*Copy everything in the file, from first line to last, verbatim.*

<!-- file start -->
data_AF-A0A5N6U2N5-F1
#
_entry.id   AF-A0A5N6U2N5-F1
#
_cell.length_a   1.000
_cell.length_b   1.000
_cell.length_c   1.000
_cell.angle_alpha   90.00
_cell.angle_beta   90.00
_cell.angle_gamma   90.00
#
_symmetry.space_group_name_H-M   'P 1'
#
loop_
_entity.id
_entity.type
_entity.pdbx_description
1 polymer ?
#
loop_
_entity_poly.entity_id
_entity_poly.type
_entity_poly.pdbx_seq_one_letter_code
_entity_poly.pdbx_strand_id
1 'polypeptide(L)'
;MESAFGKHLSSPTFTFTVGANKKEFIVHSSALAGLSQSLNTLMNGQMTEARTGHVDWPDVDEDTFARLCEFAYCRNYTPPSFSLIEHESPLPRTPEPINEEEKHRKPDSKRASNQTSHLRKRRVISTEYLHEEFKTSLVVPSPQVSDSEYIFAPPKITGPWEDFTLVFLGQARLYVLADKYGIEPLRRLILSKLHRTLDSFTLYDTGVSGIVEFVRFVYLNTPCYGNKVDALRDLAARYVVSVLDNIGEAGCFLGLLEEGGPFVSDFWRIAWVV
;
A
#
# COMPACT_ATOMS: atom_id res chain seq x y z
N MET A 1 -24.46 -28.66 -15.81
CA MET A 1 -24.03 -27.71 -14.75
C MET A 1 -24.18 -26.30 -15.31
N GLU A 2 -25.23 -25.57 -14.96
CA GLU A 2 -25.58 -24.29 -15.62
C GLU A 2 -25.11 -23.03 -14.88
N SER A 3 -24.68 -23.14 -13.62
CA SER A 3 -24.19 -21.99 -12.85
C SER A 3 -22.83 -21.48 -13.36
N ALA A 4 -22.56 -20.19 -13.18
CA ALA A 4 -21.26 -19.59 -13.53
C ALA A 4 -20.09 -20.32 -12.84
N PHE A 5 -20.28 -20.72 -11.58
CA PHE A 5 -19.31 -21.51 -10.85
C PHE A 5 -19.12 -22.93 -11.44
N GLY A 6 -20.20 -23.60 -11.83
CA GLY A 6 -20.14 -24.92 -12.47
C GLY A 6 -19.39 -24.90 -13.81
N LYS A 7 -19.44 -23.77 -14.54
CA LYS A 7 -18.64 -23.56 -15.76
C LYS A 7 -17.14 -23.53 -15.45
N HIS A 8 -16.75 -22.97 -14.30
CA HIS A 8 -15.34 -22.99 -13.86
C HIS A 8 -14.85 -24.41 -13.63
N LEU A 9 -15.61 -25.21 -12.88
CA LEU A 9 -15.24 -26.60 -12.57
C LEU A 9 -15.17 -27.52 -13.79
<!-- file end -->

data_AF-A0A5N6U2N5-F1
#
_entry.id   AF-A0A5N6U2N5-F1
#
_cell.length_a   1.000
_cell.length_b   1.000
_cell.length_c   1.000
_cell.angle_alpha   90.00
_cell.angle_beta   90.00
_cell.angle_gamma   90.00
#
_symmetry.space_group_name_H-M   'P 1'
#
loop_
_entity.id
_entity.type
_entity.pdbx_description
1 polymer ?
#
loop_
_entity_poly.entity_id
_entity_poly.type
_entity_poly.pdbx_seq_one_letter_code
_entity_poly.pdbx_strand_id
1 'polypeptide(L)'
;MESAFGKHLSSPTFTFTVGANKKEFIVHSSALAGLSQSLNTLMNGQMTEARTGHVDWPDVDEDTFARLCEFAYCRNYTPPSFSLIEHESPLPRTPEPINEEEKHRKPDSKRASNQTSHLRKRRVISTEYLHEEFKTSLVVPSPQVSDSEYIFAPPKITGPWEDFTLVFLGQARLYVLADKYGIEPLRRLILSKLHRTLDSFTLYDTGVSGIVEFVRFVYLNTPCYGNKVDALRDLAARYVVSVLDNIGEAGCFLGLLEEGGPFVSDFWRIAWVV
;
A
#
# COMPACT_ATOMS: atom_id res chain seq x y z
N MET A 1 -24.46 -28.66 -15.81
CA MET A 1 -24.03 -27.71 -14.75
C MET A 1 -24.18 -26.30 -15.31
N GLU A 2 -25.23 -25.57 -14.96
CA GLU A 2 -25.58 -24.29 -15.62
C GLU A 2 -25.11 -23.03 -14.88
N SER A 3 -24.68 -23.14 -13.62
CA SER A 3 -24.19 -21.99 -12.85
C SER A 3 -22.83 -21.48 -13.36
N ALA A 4 -22.56 -20.19 -13.18
CA ALA A 4 -21.26 -19.59 -13.53
C ALA A 4 -20.09 -20.32 -12.84
N PHE A 5 -20.28 -20.72 -11.58
CA PHE A 5 -19.31 -21.51 -10.85
C PHE A 5 -19.12 -22.93 -11.44
N GLY A 6 -20.20 -23.60 -11.83
CA GLY A 6 -20.14 -24.92 -12.47
C GLY A 6 -19.39 -24.90 -13.81
N LYS A 7 -19.44 -23.77 -14.54
CA LYS A 7 -18.64 -23.56 -15.76
C LYS A 7 -17.14 -23.53 -15.45
N HIS A 8 -16.75 -22.97 -14.30
CA HIS A 8 -15.34 -22.99 -13.86
C HIS A 8 -14.85 -24.41 -13.63
N LEU A 9 -15.61 -25.21 -12.88
CA LEU A 9 -15.24 -26.60 -12.57
C LEU A 9 -15.17 -27.52 -13.79